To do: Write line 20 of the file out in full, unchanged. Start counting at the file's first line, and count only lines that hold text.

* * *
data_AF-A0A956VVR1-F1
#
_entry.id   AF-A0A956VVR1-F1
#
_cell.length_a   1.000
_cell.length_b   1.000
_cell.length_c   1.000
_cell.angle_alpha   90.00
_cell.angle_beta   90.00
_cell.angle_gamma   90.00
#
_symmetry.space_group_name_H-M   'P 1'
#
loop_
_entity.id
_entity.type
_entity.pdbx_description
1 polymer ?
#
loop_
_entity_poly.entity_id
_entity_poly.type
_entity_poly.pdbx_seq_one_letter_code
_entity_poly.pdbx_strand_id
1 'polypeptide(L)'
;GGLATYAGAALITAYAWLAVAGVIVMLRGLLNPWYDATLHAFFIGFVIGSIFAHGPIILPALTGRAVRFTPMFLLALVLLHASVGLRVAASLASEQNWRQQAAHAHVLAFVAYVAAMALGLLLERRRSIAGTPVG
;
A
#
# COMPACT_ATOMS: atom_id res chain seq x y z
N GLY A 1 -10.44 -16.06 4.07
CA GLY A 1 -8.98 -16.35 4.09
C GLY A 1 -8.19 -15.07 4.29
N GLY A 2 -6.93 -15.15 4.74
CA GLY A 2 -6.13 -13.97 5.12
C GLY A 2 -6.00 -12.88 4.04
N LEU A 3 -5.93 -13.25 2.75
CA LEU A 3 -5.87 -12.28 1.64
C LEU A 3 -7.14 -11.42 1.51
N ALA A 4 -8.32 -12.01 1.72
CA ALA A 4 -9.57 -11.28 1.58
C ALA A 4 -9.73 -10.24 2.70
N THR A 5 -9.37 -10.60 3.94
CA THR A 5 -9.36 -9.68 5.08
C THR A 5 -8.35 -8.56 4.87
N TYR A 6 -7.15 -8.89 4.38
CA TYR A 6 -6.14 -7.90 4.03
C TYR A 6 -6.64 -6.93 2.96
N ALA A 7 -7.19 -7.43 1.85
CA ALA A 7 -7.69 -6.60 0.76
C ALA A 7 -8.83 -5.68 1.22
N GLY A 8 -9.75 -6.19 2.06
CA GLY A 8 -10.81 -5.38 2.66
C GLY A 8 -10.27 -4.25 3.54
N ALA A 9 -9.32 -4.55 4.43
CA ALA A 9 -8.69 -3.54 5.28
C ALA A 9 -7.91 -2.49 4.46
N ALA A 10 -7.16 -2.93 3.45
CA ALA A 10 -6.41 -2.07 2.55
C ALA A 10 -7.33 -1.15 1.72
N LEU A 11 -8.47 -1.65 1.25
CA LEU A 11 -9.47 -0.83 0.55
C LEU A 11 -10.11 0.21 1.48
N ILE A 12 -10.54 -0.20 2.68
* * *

loop_